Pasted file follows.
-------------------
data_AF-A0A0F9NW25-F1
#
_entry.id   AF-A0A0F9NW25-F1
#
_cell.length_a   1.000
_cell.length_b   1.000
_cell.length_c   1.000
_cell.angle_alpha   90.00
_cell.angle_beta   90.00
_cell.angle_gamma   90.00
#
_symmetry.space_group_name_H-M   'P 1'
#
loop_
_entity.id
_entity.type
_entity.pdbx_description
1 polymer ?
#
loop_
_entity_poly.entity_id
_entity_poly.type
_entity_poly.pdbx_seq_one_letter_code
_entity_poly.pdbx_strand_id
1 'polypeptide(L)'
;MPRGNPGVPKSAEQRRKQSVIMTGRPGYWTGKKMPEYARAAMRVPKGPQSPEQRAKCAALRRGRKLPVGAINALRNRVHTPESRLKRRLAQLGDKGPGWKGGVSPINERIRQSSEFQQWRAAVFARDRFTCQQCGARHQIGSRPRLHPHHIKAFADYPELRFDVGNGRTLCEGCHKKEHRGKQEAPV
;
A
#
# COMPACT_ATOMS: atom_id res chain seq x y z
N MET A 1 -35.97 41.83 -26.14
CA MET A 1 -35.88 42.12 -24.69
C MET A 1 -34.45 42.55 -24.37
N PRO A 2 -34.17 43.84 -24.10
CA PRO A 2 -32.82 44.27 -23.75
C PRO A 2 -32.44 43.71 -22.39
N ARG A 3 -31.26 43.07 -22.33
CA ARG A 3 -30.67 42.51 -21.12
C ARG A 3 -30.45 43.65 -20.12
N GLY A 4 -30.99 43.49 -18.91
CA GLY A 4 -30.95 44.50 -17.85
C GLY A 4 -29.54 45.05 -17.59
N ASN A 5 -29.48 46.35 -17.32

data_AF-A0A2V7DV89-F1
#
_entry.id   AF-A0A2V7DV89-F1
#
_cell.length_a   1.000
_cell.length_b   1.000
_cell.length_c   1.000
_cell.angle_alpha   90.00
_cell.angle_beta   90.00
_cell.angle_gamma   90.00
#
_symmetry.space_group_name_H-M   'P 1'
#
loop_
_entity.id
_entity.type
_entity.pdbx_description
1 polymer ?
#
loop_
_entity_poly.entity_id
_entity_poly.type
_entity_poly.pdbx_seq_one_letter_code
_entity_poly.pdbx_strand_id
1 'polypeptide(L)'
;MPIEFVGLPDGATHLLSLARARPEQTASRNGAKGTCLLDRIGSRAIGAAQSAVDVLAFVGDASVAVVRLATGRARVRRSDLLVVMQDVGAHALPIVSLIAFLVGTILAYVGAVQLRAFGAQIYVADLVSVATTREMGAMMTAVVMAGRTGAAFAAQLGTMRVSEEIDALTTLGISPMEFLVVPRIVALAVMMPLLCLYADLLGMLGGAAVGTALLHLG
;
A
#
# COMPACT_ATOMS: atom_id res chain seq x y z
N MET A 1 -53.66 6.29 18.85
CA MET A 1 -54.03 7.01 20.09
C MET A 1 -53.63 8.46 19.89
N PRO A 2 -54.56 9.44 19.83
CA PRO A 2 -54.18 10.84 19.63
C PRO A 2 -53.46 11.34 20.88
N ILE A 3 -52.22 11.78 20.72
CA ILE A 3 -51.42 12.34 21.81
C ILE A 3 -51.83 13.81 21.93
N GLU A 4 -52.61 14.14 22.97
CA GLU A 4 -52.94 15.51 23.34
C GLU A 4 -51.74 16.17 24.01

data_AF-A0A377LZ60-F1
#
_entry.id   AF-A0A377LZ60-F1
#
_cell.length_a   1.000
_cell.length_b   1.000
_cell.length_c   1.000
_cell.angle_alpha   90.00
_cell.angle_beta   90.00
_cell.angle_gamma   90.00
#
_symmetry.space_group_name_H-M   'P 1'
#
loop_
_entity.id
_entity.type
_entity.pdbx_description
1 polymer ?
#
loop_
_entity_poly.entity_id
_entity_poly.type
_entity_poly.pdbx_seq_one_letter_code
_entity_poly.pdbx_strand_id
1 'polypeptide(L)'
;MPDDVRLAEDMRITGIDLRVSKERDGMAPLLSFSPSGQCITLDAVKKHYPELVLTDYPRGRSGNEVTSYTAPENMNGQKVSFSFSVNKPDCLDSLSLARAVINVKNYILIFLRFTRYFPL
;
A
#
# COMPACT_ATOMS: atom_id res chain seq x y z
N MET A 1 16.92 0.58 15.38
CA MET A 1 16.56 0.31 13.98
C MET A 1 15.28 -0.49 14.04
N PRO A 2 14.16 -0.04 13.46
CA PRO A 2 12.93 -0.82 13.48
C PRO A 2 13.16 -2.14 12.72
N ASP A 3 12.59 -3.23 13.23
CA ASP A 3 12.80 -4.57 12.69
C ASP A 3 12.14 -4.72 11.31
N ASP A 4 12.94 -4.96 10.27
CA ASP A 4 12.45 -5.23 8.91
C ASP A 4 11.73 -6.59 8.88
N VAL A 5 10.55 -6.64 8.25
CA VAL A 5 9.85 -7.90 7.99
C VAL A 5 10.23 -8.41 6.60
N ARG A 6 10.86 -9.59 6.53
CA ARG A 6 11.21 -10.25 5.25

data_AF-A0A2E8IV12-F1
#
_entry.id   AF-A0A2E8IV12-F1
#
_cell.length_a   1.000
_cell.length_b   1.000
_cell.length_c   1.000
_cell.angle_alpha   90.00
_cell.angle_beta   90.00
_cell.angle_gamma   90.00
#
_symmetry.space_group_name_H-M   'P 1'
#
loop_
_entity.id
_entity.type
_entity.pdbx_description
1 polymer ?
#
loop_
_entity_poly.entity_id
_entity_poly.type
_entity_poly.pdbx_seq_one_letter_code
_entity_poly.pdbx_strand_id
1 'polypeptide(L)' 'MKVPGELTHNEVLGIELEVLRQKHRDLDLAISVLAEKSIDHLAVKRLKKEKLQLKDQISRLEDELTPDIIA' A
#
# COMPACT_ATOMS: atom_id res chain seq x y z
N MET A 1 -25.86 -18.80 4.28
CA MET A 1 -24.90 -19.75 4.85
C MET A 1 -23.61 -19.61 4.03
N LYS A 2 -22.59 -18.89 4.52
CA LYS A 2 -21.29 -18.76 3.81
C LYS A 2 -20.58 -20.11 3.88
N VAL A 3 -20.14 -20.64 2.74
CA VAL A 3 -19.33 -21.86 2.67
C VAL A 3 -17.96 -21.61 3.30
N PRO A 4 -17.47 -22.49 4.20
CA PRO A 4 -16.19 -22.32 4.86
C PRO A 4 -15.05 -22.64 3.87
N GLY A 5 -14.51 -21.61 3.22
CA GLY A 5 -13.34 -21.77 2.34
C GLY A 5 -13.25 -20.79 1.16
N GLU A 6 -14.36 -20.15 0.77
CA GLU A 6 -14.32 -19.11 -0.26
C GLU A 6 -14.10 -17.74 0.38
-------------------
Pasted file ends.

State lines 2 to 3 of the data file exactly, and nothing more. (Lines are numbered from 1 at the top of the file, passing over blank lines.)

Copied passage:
#
_entry.id   AF-A0A0F9NW25-F1